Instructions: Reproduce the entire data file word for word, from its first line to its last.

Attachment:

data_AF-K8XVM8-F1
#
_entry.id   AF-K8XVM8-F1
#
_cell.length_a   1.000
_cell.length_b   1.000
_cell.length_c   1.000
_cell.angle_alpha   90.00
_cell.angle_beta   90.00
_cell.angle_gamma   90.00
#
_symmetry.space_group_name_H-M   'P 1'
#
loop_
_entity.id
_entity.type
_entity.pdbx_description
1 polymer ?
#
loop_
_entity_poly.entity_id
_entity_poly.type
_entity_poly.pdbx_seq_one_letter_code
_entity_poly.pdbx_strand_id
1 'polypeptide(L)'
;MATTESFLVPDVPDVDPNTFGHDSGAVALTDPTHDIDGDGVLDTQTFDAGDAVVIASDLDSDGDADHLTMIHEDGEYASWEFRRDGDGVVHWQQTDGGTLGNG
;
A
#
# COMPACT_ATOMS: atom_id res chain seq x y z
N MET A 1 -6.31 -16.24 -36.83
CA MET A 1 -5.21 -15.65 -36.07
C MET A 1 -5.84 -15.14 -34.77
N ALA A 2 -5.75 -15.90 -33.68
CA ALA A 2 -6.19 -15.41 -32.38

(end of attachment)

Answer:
data_AF-K8XVM8-F1
#
_entry.id   AF-K8XVM8-F1
#
_cell.length_a   1.000
_cell.length_b   1.000
_cell.length_c   1.000
_cell.angle_alpha   90.00
_cell.angle_beta   90.00
_cell.angle_gamma   90.00
#
_symmetry.space_group_name_H-M   'P 1'
#
loop_
_entity.id
_entity.type
_entity.pdbx_description
1 polymer ?
#
loop_
_entity_poly.entity_id
_entity_poly.type
_entity_poly.pdbx_seq_one_letter_code
_entity_poly.pdbx_strand_id
1 'polypeptide(L)'
;MATTESFLVPDVPDVDPNTFGHDSGAVALTDPTHDIDGDGVLDTQTFDAGDAVVIASDLDSDGDADHLTMIHEDGEYASWEFRRDGDGVVHWQQTDGGTLGNG
;
A
#
# COMPACT_ATOMS: atom_id res chain seq x y z
N MET A 1 -6.31 -16.24 -36.83
CA MET A 1 -5.21 -15.65 -36.07
C MET A 1 -5.84 -15.14 -34.77
N ALA A 2 -5.75 -15.90 -33.68
CA ALA A 2 -6.19 -15.41 -32.38